This paper describes a new version of the measurement of the calibration factor, K, between radon activity concentration and track density. The use of Solid State Nuclear Track Detectors (SSNTDs) is one of the most convenient techniques to assess the radiation level of -activities in the environment. Exposed plastic films are chemically and electrochemically etched in an alkali solution and the -tracks are evaluated under an optical microscope. The detailed procedure for this study and the caliabration of the etched films for conversion of track density to radon exposure in (Bq·m–3) are given in this paper. It was found the experimental and theoretical values of K were 1.37 and 1.27 (track·cm–2·kBq–1·h–1·m3), respectively, for plastic detectors CR-39.
Authors:Christian Mattle, Nico Heigl, Gudrun Abel, Günther Bonn, and Christian Huck
By use of near infrared (NIR) spectroscopy hyphenated to thinlayer chromatography (TLC) for analysis of methoxylated flavones in a phytomedicine we sought to achieve two objectives: first, to establish a method for rapid, qualitative identification of five methoxylated flavones, denoted G1, G2, G3, G4, and G5, in order of their RF values in normal-phase TLC, and, second, to produce a quantitative model for analysis of G4 (3′,4′,5′-trimethoxyflavone), the compound most representative of Primula veris flowers in phytomedicine. To provide appropriate reference analytical data for building the multivariate cluster and partial least-squares regression (PLS) model, TLC was performed on alumina with n-hexane-ethyl acetate 70:30 (v/v) as mobile phase. Forty-four spectra of eleven independent phytomedicine samples were analyzed with five scans to generate a qualitative cluster model based on PCA (principle-components analysis) that enabled differentiation between G1-G5 on the basis of their methoxylation pattern. This PLS model, in the calibration range between 0 and 1000 mg L−1, enabled quantification of G4 with a standard error of cross validation (SECV) ,54.61 mg L−1. The possibility of conducting qualitative and quantitative analysis simultaneously by use of this method revealed NIRS to be an efficient alternative to conventional modes of detection used for analysis of G1-G5, especially in phytomedicines.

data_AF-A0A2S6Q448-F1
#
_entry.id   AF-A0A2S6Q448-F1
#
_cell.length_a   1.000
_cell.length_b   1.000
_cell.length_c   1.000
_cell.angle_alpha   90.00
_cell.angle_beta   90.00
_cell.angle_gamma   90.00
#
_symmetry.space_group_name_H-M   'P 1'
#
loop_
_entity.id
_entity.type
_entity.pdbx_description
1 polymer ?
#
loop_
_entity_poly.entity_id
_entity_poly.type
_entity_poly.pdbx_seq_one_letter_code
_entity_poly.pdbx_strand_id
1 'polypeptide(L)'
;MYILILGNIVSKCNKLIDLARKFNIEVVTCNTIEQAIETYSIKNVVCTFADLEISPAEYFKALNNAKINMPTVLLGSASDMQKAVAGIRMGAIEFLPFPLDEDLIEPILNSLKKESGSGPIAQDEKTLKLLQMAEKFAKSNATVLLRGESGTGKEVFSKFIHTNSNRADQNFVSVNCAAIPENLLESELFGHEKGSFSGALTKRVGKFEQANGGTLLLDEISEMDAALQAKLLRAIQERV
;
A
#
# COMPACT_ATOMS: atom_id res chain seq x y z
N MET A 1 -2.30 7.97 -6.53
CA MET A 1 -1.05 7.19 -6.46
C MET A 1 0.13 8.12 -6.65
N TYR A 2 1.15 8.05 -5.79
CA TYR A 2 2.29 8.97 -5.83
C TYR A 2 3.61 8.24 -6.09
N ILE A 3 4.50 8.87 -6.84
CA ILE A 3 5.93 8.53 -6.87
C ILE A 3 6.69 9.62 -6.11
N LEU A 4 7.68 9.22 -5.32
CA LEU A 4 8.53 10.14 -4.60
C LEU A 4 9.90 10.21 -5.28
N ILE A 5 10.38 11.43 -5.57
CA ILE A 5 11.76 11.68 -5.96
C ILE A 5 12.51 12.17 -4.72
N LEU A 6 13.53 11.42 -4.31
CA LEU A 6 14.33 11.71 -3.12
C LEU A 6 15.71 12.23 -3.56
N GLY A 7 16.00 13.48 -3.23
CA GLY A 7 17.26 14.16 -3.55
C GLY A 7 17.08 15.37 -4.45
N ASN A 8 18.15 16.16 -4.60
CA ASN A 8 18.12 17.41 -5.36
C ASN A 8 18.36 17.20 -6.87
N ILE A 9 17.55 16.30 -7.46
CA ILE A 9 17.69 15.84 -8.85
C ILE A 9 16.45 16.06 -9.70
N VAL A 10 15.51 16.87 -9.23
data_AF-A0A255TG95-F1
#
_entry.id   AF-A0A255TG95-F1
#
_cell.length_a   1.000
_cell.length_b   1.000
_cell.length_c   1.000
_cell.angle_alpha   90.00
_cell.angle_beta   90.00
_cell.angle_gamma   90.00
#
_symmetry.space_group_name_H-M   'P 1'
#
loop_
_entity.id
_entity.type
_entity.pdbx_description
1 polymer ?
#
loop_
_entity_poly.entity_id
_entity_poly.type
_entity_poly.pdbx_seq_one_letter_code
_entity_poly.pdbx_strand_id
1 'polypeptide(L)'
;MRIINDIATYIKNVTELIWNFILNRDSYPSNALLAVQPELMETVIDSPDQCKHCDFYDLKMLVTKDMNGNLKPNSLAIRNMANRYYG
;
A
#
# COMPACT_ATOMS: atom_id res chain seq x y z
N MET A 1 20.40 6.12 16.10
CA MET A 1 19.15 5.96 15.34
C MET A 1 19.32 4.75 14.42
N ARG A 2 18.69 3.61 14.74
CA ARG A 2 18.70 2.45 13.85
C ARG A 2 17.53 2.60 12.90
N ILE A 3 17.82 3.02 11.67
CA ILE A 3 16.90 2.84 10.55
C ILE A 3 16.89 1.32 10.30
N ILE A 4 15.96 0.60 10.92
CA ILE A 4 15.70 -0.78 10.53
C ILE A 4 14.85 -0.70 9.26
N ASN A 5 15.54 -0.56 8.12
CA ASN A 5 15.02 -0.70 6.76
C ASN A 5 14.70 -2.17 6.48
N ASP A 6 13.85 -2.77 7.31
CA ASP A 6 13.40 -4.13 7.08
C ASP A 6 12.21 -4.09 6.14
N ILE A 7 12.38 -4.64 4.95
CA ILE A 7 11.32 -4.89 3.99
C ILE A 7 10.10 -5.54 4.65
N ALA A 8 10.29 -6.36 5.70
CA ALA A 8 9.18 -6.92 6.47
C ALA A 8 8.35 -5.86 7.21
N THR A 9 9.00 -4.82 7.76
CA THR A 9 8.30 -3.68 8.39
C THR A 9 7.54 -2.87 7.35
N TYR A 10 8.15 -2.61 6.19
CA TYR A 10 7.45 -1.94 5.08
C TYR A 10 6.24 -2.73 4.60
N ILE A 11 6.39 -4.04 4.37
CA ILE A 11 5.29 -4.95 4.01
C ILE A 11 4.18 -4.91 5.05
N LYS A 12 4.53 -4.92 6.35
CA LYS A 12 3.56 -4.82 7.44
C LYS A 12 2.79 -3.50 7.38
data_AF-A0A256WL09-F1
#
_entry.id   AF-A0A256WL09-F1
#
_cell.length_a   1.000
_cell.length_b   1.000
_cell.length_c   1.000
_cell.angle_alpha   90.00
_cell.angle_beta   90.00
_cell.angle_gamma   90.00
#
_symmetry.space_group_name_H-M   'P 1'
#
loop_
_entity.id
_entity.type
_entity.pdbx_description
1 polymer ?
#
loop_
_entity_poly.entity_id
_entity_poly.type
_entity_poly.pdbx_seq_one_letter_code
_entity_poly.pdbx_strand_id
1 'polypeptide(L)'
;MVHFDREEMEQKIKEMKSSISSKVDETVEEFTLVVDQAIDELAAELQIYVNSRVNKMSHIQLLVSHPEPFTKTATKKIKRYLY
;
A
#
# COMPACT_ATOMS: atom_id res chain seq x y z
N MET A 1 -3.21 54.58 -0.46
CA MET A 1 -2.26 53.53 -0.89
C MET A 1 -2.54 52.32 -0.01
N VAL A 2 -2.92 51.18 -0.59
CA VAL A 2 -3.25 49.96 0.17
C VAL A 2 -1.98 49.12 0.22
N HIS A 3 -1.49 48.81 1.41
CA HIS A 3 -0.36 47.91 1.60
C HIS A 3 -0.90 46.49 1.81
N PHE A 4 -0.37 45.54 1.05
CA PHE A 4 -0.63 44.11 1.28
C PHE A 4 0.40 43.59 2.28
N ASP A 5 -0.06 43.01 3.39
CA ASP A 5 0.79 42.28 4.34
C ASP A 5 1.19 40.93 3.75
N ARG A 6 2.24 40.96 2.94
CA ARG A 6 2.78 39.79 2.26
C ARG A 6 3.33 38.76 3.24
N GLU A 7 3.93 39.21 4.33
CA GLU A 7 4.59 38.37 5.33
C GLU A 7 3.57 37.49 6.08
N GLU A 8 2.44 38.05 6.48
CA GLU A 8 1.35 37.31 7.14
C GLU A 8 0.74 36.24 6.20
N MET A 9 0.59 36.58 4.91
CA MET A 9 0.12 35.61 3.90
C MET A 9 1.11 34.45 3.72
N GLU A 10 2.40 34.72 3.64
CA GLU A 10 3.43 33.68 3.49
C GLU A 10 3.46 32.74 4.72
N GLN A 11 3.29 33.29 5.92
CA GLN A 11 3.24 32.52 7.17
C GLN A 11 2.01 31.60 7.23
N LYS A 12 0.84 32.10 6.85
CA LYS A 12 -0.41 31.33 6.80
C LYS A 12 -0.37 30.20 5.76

Thermodynamic model for the quantitative description of the electromotive force in a thermocouple has been developed. Thermodynamic
equilibrium was applied to the system of electrons in two metals in a contact, contrary to the consideration of the dynamics
of electrons in a metal under external temperature gradient in the previous classical (Drude) and quantum (Sommerfeld) approaches.
The new model has two parameters, the ‘universal’ sensitivity ɛ0 and the characteristic temperature of a particular thermocouple Θv, and quite simple expression for the emf ΔU=ɛ0(T−Θvln(1+T/Θv) and sensitivity ɛ(T)=ɛ0T/(Θv+T). The model is shown to fit the experimental data very well at low temperatures. At high temperatures, the model is less
The characteristic temperature Θv depends on the difference between the electron heat capacity coefficients γ1−γ2 of two metals in the thermocouple. The greater the difference, the higher the sensitivity of the thermocouple.
The application of target factor analysis to the analysis of gamma-ray spectra collected for activation analysis is proposed. Satisfactory analysis of a trial set of samples was carried out using measured spectra as targets. Single-isotope spectra were obtained from mixture spectra by free-floating and performed satisfactorily as target spectra. The factor analysis method requires less resolution than peak-based methods.
Authors:R. Kirchner, M. Rodriguez de Rivera, J. Seidel, and V. Torra
Using an RC model, the behavior of a TAM high-performance calorimeter (Thermometric AB, Sweden) equipped with a flow-mixing
insertion vessel using independent pumps for each reactant is studied. The model shows a reliable sensitivity behavior for
mixtures realized inside the cell. The model behavior is compared with experimental measurements.</o:p>
A method preparing solutions of a mixed chloro, bromo-complex of tellurium labeled with123mTe is described. The solutions are shown to be excellent standards for calibrating radioisotope dose calibrators used to measure123I.